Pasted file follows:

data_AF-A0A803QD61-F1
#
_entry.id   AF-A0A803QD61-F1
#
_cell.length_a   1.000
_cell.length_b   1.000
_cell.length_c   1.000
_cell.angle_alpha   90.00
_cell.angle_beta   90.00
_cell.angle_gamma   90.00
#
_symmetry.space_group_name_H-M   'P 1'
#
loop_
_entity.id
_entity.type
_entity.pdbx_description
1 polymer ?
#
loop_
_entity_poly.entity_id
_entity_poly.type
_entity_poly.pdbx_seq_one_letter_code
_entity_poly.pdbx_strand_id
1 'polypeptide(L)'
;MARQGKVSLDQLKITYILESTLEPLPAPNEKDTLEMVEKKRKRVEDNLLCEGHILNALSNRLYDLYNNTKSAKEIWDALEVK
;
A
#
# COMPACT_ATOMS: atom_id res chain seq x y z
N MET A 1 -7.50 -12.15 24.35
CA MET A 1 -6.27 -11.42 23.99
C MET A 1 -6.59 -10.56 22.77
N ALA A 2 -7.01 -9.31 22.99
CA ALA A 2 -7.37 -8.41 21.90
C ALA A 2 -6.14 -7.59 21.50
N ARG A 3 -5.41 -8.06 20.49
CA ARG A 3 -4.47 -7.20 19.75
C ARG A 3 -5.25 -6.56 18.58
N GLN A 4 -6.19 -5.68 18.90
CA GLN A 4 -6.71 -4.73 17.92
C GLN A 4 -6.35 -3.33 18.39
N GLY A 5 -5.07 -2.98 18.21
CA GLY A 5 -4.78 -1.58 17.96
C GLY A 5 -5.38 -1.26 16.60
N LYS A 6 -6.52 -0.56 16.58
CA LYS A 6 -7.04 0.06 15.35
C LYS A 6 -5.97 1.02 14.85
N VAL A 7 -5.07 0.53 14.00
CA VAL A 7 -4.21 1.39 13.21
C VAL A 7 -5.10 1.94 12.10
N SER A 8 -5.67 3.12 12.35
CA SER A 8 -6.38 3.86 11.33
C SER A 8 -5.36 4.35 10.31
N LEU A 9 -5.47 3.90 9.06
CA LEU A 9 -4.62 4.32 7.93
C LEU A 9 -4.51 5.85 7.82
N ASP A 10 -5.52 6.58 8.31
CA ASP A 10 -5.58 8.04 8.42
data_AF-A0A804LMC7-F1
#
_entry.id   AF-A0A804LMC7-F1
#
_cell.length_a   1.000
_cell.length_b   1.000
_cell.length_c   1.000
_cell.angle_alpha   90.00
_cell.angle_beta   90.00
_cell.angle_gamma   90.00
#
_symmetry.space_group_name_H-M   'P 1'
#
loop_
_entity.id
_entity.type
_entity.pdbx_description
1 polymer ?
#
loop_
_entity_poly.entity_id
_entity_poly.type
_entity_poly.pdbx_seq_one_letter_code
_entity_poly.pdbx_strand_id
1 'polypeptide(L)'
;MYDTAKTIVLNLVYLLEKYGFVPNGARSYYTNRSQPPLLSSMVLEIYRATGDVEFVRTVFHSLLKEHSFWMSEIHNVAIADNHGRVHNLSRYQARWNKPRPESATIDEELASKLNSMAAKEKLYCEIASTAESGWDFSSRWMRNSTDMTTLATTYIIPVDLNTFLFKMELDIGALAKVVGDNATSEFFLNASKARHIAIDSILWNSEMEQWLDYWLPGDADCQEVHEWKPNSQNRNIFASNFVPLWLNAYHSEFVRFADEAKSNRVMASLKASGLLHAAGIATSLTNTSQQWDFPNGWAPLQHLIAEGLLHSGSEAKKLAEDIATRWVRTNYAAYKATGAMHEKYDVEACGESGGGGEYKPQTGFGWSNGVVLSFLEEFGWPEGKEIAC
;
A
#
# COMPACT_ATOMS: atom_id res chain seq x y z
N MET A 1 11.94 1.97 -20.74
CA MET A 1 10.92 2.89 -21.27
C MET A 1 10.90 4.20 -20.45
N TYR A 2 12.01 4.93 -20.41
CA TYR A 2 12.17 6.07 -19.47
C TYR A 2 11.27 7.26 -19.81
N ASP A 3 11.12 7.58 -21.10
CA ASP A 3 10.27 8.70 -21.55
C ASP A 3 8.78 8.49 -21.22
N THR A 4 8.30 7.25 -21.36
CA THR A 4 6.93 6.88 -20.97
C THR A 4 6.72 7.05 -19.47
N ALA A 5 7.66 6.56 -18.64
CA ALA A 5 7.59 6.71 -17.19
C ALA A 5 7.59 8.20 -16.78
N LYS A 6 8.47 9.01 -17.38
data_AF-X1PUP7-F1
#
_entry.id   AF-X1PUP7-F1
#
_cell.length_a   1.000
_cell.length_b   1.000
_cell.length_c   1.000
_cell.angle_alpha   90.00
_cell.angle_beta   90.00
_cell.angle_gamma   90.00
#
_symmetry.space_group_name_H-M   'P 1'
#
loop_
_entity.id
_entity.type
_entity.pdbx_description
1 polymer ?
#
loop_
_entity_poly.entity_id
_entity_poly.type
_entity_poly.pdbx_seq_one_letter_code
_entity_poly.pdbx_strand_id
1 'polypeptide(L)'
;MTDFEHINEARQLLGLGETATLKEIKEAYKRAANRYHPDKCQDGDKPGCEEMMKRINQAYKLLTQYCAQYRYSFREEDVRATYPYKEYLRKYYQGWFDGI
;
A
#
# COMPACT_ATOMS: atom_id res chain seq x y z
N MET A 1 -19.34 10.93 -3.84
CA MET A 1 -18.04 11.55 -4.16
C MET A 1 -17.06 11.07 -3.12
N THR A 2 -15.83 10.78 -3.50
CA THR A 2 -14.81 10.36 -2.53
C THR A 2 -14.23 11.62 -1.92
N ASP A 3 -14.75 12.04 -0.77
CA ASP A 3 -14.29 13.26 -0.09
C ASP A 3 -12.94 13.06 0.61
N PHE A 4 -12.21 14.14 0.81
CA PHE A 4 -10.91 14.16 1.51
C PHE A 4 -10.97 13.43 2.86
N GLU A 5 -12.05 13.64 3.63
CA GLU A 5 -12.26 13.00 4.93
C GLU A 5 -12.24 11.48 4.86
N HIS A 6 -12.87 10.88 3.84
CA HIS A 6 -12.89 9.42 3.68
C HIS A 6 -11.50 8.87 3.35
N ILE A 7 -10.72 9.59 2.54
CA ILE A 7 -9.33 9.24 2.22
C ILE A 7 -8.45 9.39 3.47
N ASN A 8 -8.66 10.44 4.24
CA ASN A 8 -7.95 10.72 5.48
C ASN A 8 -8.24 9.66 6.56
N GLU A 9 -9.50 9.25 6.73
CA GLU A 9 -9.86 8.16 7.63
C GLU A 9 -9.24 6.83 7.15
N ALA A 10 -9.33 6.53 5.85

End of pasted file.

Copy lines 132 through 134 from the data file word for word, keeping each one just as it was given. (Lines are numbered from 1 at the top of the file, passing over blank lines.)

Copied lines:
;
A
#